The year of General Conference 2020 (GC20) is upon us, bringing with it opportunities for The Wesleyan Church (TWC) to expand and enrich its vast history. This summer’s gathering will be the 14th General Conference of The Wesleyan Church.  

From the merging of the Pilgrim Holiness and Wesleyan Methodist churches in 1968, to the 2012 election of, at the time, the evangelical world’s highest-ranking female leader of her denomination, TWC has a long history of surrendering the decisions and legislations made by delegates and church leaders at General Conference to the work of the Holy Spirit.  

Dr. Wayne Schmidt, TWC General Superintendent, emphasizes the necessity of leaning into the leadership of the Spirit, so that individual discernment can be met with collective determination.  

“God leads us individually. But then there is the ‘where two or more are gathered’ type of discernment; let us collectively discern what the Spirit is saying to us,” Schmidt said. “I really believe that when people’s hearts are right, if they are voting in the moment how they believe God wants them to vote, that whatever the results are, they have collectively discerned.” 

GC20 will be Schmidt’s eighth attendance at a General Conference and his first chairing as General Superintendent. Under his tenure at GC20, delegates will be deciding on memorials that will have the same pivotal weight as seen in years past, decisions such as the 2016 redefining of membership or the move from four General Superintendents to three in 1992 and three General Superintendents to one in 2012  the goal with each being to follow divine direction for the Church so that lives could continue to be transformed by Christ.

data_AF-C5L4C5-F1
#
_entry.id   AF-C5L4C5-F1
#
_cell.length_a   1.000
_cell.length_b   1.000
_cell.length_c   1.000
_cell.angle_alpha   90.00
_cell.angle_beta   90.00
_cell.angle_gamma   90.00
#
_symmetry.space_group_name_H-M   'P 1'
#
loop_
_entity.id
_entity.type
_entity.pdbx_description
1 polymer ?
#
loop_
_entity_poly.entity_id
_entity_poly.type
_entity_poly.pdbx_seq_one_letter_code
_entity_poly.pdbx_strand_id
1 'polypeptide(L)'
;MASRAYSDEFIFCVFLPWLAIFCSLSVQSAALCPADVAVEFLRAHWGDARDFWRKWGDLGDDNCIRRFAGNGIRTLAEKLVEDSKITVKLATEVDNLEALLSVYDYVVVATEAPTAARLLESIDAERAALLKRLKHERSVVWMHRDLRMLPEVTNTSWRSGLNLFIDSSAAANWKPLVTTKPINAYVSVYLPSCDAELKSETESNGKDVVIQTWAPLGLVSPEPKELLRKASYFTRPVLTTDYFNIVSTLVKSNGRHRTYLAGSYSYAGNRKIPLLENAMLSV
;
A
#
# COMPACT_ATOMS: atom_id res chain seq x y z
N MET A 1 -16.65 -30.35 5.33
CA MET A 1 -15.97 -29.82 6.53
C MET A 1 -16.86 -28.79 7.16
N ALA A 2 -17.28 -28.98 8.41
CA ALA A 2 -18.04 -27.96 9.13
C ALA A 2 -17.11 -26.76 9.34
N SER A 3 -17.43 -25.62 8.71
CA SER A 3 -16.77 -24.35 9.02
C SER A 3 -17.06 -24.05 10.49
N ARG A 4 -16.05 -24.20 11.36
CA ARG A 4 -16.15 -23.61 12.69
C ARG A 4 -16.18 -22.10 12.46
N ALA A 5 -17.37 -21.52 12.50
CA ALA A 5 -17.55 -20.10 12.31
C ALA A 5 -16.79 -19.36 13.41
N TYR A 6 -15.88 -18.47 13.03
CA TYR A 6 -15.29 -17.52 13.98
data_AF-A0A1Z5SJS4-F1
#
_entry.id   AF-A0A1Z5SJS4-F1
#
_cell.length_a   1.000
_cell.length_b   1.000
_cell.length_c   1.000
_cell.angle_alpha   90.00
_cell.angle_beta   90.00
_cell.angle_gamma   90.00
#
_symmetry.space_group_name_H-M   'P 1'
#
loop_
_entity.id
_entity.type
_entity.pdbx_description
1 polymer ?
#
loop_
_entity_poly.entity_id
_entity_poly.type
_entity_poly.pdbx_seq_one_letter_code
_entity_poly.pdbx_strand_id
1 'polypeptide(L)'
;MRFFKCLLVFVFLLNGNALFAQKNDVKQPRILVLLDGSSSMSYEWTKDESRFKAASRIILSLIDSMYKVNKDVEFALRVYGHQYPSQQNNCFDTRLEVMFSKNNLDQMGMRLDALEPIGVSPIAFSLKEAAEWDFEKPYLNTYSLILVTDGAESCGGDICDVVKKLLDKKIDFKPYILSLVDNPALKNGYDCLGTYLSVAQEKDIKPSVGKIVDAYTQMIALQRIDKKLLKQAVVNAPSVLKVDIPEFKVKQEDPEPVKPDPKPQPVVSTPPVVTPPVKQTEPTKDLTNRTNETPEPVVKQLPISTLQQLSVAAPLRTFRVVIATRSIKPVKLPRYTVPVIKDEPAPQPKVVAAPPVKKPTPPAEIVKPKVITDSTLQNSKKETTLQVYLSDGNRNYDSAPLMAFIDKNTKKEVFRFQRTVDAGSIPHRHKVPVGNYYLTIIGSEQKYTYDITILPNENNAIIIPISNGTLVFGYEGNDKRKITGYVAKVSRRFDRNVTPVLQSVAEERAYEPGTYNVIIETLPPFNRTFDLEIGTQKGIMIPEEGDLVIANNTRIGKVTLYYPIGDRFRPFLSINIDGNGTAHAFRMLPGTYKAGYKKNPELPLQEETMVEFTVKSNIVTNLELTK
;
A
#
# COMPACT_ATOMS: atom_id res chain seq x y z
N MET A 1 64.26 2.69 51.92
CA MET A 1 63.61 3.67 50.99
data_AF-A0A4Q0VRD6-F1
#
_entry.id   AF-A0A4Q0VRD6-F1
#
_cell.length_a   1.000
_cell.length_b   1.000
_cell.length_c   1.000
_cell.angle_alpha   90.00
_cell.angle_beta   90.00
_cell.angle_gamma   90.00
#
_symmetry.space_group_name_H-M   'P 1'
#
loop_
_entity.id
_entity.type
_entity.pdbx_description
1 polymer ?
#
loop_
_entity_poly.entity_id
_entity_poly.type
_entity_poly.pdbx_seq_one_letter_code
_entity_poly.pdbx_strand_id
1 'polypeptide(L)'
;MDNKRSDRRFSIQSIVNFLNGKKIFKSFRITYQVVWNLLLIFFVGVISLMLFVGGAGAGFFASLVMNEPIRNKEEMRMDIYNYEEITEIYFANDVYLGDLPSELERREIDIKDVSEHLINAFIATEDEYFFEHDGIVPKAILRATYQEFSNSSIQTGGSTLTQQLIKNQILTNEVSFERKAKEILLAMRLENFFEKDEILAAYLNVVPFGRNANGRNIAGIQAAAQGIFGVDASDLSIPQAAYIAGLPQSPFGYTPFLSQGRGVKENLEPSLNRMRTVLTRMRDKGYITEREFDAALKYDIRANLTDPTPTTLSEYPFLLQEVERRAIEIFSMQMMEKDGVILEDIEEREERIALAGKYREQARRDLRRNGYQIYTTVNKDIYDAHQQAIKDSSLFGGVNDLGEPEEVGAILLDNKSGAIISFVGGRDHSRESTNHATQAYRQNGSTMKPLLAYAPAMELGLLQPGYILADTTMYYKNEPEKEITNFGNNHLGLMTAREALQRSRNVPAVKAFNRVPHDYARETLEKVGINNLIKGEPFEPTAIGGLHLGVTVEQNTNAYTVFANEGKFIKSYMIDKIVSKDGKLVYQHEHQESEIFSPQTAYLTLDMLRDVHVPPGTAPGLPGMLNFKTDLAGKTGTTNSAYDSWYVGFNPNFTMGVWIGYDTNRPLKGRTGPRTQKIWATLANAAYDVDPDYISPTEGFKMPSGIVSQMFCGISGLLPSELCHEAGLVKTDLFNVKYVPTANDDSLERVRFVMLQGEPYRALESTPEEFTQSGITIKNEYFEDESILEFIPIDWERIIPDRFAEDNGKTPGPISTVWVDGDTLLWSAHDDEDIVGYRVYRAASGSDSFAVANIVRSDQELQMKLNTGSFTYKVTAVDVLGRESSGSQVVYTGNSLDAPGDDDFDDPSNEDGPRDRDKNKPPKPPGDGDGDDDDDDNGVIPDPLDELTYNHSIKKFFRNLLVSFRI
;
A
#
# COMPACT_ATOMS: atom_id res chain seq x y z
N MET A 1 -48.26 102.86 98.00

Schmidt said, “Part of my prayer for General Conference is that anything that is important from God’s perspective will become inescapable, that conviction grows, that God pursues us in that area and what is not of God is washed away.” 

He believes the prayerful discernment that occurs during legislation is an important element in functionality of the Church, so that the priority of lives being made new stays at the forefront. 

“Our priority is that in the next four years following General Conference we continue to pursue the mission of making disciples, multiplying churches and being a transforming presence.” 

As GC20 draws nearer, stay tuned for a deeper look into some of the monumental decisions that made The Wesleyan Church what it is today and be in prayer about a collective unity of purpose and heart for those tasked with voting.  

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